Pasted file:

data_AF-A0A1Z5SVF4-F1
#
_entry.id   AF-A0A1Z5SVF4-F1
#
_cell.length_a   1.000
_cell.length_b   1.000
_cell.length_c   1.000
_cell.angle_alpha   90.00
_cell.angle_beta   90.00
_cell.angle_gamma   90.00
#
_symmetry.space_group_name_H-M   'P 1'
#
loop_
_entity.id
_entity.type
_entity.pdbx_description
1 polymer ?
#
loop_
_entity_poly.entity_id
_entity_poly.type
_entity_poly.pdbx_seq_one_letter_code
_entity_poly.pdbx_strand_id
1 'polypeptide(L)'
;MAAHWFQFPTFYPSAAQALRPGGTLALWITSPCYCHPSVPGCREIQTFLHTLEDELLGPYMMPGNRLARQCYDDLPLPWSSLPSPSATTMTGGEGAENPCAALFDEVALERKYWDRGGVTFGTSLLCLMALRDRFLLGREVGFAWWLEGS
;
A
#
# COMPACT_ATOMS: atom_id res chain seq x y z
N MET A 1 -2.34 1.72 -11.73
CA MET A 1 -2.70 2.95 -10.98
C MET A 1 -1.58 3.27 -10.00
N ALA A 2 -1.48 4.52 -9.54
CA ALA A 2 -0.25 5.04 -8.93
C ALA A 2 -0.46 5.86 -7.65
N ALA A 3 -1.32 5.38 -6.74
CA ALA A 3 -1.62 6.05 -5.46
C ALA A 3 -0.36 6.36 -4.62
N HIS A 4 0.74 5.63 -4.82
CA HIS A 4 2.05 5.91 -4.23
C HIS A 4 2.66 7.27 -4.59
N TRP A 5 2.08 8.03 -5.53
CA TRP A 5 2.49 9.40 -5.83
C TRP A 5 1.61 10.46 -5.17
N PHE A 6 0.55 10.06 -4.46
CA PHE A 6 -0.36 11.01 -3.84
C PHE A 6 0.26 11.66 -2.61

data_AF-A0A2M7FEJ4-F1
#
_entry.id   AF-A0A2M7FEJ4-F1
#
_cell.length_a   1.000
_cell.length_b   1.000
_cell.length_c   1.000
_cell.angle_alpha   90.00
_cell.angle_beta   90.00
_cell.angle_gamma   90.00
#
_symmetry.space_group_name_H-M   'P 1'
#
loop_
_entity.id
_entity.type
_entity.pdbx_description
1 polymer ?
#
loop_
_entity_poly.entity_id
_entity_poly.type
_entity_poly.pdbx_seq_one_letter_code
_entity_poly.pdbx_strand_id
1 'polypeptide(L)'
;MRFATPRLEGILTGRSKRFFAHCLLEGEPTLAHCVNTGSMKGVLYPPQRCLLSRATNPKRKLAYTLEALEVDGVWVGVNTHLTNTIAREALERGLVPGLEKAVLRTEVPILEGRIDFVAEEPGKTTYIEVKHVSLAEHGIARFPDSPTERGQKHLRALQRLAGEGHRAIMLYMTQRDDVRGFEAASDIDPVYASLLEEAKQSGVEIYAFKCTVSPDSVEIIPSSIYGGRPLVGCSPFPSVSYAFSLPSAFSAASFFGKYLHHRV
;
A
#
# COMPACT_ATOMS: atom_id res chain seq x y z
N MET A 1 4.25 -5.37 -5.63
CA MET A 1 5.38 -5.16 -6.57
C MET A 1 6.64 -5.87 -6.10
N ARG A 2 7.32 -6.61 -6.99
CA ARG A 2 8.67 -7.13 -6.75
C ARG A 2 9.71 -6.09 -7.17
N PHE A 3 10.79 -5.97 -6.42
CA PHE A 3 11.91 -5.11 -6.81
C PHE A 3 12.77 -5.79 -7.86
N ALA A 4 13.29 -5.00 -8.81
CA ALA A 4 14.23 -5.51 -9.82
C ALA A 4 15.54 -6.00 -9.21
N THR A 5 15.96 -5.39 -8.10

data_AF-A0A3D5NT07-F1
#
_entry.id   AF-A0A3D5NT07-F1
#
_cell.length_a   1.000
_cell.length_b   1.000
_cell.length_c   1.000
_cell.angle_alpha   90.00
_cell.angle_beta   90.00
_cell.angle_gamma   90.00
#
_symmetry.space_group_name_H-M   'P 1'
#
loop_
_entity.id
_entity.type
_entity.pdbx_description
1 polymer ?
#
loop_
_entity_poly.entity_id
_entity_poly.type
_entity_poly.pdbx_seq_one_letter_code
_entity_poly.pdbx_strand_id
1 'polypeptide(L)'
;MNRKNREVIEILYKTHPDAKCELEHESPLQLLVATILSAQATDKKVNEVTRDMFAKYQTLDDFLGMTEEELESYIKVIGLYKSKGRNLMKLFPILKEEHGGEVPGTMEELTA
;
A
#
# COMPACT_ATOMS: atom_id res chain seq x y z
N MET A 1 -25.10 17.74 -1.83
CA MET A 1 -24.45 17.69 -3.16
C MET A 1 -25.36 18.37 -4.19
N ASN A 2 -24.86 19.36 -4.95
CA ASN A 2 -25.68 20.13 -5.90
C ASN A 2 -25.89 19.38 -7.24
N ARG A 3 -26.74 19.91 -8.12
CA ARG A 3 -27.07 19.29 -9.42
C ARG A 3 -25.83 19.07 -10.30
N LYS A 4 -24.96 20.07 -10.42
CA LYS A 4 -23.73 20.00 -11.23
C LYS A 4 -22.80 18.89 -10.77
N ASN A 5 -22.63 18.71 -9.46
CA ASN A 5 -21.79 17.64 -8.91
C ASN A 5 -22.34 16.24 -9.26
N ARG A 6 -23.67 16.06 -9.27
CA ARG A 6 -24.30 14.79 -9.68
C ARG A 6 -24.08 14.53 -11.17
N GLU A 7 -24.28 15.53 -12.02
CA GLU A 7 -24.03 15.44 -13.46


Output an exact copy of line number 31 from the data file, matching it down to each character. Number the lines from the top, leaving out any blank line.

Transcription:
N MET A 1 -2.34 1.72 -11.73